Violence, and violent action, can be difficult to portray. Yet the ability to do so is a necessary part of the fiction writer’s repertoire. Violence is a part of the human condition. If we hairless apes have learned anything in the last 5000 years of existence on planet Earth, it is that violence is a part of the human condition. Thus it becomes us to study the best examples and see how we can go about doing the same.
Posts by Jonathan LaForce
If you haven’t seen Ford vs Ferrari yet, you need to correct yourself. Yes, it’s a car movie. No, you don’t need to know a great deal about cars. Hell, go in knowing nothing. Because in the end, this movie isn’t about cars. It’s about men. Being men. Doing manly things. Without being negative! You heard that: Hollywood has delivered a wholesome movie about men! In the prescient words of Tychus Findlay: “Hell, it’s about time!”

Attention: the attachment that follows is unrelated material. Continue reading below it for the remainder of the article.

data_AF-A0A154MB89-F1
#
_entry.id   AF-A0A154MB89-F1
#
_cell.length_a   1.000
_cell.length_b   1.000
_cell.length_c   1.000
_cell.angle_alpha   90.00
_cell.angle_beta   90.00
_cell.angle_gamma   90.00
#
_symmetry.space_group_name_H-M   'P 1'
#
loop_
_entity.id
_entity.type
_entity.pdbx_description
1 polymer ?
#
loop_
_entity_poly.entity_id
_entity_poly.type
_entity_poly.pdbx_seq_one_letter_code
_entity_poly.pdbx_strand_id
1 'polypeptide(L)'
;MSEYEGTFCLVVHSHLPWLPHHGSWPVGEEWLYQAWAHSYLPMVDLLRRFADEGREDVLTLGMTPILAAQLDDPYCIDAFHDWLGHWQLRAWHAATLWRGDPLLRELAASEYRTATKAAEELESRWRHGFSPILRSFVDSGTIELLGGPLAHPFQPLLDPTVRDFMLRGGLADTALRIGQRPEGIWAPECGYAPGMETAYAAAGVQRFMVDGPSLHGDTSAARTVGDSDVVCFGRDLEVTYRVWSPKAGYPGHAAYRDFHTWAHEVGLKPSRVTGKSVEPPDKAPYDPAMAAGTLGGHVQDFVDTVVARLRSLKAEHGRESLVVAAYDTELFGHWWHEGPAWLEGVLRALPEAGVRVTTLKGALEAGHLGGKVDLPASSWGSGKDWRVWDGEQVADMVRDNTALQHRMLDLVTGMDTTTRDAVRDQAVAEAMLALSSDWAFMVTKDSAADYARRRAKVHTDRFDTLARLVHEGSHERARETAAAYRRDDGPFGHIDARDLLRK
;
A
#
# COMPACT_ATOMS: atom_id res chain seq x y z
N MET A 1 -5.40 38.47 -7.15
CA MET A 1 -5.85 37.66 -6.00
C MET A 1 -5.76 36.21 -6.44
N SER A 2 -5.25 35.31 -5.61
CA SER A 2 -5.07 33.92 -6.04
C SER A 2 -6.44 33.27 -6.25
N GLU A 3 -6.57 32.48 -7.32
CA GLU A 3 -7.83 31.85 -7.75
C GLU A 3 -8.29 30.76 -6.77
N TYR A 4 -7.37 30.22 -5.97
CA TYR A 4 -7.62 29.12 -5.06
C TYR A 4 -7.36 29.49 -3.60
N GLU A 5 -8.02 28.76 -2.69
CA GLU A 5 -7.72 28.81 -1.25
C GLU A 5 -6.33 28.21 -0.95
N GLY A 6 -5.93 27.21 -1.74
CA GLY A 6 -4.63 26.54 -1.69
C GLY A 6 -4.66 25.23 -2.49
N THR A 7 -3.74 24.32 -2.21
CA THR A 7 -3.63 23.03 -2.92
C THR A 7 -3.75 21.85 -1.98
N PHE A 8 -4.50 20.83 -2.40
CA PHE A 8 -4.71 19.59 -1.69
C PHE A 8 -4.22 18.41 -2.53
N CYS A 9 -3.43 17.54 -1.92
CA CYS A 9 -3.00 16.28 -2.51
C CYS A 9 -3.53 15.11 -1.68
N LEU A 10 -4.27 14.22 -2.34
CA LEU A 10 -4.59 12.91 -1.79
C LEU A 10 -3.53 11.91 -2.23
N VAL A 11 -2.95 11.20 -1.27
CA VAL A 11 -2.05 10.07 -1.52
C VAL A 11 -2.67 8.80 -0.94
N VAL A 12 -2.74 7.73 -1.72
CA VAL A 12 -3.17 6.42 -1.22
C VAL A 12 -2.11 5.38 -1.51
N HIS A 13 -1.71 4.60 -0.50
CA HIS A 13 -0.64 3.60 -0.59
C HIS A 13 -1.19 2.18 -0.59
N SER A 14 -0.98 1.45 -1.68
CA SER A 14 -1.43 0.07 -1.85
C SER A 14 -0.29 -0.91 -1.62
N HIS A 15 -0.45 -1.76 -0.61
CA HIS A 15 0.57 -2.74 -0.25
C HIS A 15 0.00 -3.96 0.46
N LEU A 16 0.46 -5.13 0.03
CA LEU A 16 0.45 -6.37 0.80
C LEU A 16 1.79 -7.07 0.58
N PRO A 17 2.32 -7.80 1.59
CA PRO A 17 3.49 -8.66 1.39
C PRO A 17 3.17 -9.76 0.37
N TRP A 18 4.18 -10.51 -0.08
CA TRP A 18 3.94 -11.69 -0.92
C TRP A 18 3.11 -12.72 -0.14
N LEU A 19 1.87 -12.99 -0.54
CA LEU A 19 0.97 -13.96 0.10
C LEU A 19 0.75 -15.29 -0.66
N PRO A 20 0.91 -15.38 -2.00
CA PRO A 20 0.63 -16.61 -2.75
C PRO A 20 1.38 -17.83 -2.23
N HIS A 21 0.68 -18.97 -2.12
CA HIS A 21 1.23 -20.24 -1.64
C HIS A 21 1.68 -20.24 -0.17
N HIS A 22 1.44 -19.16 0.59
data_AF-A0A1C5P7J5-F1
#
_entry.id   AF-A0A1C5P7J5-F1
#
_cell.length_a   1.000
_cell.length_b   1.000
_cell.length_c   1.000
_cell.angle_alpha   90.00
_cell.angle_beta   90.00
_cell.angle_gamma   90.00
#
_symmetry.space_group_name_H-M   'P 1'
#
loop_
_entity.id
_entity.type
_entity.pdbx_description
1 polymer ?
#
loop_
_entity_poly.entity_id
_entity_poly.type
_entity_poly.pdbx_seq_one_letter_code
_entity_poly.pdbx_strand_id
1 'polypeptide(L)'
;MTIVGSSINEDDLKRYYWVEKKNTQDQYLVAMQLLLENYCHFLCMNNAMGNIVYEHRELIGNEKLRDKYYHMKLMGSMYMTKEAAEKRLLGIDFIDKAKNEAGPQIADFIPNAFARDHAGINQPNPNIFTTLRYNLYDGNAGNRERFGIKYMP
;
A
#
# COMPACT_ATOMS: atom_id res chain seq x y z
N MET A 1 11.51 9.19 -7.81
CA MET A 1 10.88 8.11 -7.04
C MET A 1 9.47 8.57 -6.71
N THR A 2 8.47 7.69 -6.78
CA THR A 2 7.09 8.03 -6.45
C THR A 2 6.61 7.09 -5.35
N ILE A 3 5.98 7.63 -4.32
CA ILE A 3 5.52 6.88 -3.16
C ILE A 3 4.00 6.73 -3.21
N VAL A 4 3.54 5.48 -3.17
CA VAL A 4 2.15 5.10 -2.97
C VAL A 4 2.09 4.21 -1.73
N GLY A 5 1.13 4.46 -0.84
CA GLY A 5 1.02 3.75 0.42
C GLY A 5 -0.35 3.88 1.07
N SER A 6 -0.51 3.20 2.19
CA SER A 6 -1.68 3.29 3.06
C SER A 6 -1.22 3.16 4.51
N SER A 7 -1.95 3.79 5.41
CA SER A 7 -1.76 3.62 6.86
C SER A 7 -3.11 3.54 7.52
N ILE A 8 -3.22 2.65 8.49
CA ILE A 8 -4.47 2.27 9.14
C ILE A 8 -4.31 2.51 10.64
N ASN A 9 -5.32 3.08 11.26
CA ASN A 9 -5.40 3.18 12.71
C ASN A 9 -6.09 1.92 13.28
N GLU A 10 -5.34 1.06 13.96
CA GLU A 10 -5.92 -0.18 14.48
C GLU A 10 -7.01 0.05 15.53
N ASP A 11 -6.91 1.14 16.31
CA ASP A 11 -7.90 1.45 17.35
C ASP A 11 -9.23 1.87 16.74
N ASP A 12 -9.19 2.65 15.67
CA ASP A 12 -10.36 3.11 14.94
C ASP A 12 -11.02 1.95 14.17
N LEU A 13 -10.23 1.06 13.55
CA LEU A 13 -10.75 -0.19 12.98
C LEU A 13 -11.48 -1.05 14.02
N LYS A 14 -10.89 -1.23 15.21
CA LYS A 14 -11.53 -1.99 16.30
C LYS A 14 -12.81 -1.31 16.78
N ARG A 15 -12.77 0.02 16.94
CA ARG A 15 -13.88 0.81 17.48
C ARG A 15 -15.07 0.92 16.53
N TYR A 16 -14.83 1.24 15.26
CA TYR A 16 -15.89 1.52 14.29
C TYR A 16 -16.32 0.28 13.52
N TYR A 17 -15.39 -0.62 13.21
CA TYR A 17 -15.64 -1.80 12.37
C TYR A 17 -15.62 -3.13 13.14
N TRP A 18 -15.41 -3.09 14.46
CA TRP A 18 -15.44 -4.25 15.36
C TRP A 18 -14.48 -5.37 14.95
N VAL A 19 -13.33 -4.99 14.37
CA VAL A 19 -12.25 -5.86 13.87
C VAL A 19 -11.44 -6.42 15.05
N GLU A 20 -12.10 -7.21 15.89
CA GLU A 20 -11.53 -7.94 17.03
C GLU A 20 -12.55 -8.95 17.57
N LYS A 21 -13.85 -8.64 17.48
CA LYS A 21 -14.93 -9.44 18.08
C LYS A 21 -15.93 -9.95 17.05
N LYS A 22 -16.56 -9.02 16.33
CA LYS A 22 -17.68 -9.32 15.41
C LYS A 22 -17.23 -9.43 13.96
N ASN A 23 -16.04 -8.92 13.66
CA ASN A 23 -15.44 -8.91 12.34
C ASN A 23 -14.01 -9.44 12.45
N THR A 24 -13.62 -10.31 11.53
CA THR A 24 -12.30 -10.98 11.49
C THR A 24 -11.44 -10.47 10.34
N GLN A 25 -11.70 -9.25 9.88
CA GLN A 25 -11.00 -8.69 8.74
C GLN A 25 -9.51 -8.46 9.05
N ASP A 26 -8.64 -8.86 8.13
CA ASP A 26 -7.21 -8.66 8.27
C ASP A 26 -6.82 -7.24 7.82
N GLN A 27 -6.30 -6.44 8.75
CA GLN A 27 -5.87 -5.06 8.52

I consider David Drake largely responsible for my ambition to write. As an enthusiast of history, I am impressed by where he finds inspiration for his novels- from the annals of human events. We need not try to conjure up something incredible purely off our own inspiration and energies. Great men and women have performed such deeds as stand paramount in recorded existence.
Sit, kneel, bend. Smoke ‘em if you got ‘em. We gonna be here for a minute.
Last month, we talked about telling the stories of combat veterans as they really happened. Without whitewashing or varnish. Without embellishment. Without lies.
In the third-to-last paragraph, I make mention of sitting down and talking with veterans. Over the last month I’ve been looking around and realizing nobody has ever explained how to talk with veterans, as a writer looking for technical (and personal) knowledge about the profession of arms. Today, we’re gonna start down that rode.